More to the point, how can true spirituality be "filtered through the filters" of spiritual experience? To help illustrate my point, I will refer to British author C. S. Lewis’s account of giving a theological discourse to some members of the Royal Air Force.

"I remember once when I had been giving a talk to the R.A.F., an old, hard-bitten officer got up and said, ‘I’ve no use for all that stuff. But, mind you, I’m a religious man too. I know there’s a God. I’ve felt Him: out alone in the desert at night: the tremendous mystery. And that’s just why I don’t believe all your neat little dogmas and formulas about Him. To anyone who’s met the real thing they all seem so petty and pedantic and unreal!’"

Lewis wrote that he had to essentially agree with the man, adding that the man probably had a real experience with God in the desert, and in turning from that emotional experience to doctrines, he would leave something real and take something less real. Then Lewis added this insightful illustration.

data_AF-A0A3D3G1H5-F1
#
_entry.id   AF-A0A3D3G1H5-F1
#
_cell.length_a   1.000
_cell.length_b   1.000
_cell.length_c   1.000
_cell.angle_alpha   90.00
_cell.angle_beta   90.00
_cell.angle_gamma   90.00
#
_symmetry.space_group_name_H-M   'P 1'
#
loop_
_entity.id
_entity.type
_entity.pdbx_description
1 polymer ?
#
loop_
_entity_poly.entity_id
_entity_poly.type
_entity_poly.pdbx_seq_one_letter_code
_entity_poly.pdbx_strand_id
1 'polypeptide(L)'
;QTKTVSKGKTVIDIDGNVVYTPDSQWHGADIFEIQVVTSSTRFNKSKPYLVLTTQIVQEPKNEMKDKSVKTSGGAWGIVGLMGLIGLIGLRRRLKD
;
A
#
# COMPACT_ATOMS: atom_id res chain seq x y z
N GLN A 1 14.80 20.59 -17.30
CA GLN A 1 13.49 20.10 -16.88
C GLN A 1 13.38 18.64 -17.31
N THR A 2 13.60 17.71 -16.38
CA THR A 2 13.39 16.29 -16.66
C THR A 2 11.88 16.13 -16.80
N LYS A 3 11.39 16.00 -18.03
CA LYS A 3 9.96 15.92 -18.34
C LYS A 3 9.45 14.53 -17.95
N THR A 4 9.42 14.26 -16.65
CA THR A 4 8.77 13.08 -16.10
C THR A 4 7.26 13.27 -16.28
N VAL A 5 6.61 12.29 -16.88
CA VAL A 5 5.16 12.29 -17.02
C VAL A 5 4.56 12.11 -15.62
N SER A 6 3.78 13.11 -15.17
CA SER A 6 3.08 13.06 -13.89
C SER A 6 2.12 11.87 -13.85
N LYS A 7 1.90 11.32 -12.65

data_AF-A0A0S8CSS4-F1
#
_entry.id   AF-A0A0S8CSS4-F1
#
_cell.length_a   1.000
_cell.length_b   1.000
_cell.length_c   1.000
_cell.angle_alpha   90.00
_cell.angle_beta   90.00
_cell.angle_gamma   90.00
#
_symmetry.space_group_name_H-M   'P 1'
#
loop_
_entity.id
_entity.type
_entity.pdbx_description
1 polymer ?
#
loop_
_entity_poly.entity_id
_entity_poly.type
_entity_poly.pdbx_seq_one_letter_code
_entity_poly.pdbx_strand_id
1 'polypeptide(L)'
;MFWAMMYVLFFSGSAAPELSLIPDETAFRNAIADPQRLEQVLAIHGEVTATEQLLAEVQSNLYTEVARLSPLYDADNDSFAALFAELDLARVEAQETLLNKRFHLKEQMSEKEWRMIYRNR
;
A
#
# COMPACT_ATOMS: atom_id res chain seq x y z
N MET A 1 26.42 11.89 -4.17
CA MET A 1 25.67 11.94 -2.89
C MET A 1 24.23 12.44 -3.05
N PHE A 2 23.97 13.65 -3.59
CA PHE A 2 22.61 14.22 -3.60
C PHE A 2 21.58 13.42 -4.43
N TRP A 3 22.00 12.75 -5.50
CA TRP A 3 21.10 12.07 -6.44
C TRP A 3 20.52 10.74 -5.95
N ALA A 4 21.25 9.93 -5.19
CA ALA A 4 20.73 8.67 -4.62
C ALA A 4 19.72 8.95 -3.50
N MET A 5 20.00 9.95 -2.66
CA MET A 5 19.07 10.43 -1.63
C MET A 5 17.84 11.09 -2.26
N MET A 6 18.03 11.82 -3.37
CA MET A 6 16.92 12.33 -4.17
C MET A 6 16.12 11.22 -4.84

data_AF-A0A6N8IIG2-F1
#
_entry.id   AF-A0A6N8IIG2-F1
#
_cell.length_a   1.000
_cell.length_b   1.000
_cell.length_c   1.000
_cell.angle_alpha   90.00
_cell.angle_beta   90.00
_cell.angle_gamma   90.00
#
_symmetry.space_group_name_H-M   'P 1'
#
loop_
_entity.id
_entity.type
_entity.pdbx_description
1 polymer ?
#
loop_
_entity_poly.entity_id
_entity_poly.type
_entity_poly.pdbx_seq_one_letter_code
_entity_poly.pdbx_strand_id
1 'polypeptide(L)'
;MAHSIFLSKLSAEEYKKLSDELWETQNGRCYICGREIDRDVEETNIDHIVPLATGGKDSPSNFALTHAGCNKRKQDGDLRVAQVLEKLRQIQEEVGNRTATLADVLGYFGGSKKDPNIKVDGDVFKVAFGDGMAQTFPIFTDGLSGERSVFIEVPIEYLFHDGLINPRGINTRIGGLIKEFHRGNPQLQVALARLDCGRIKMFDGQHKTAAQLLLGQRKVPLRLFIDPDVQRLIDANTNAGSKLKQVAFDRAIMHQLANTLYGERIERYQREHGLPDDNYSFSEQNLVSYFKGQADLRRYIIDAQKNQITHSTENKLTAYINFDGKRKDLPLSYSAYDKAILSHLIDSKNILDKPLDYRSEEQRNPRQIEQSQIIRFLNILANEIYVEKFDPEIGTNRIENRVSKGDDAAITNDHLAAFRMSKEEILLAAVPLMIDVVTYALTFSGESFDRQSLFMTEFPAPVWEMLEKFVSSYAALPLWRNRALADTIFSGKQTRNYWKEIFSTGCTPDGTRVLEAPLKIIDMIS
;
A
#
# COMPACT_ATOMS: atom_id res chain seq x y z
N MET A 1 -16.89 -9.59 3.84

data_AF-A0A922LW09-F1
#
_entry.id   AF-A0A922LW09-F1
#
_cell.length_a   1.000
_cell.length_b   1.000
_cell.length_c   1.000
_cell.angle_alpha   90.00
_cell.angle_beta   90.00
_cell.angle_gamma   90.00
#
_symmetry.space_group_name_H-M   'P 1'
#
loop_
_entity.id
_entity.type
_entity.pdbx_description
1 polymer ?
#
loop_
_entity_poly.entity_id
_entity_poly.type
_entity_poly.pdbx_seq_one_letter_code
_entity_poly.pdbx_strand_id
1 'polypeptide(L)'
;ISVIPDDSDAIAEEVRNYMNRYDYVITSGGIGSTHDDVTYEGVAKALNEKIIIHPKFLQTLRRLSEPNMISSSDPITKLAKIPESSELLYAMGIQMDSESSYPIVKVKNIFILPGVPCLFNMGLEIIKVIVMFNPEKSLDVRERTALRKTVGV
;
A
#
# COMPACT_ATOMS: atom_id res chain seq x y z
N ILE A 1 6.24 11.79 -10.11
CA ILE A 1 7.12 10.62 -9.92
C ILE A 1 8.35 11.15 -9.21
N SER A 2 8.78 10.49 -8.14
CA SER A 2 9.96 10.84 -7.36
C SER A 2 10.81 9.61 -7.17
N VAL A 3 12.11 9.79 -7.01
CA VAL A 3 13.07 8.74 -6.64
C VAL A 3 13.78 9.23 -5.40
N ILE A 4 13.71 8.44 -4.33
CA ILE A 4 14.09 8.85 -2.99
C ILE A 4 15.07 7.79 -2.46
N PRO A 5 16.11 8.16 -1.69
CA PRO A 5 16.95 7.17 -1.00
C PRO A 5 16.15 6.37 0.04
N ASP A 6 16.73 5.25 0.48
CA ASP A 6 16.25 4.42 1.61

"In the same way, if a man has once looked at the Atlantic from the beach, and then goes and looks at a map of the Atlantic, he also will be turning from something real to something less real: turning from real waves to a bit of colored paper. But here comes the point. The map is admittedly only colored paper, but there are two things you have to remember about it. In the first place, it is based on what hundreds and thousands of people have found out by sailing the real Atlantic. In that way it has behind it masses of experience just as real as the one you could have from the beach; only, while yours would be a single isolated glimpse, the map fits all those different experiences together. In the second place, if you want to go anywhere, the map is absolutely necessary. As long as you are content with walks on the beach, your own glimpses are far more fun than looking at a map. But the map is going to be more use than walks on the beach if you want to get to America" (Mere Christianity, pp. 135, 136).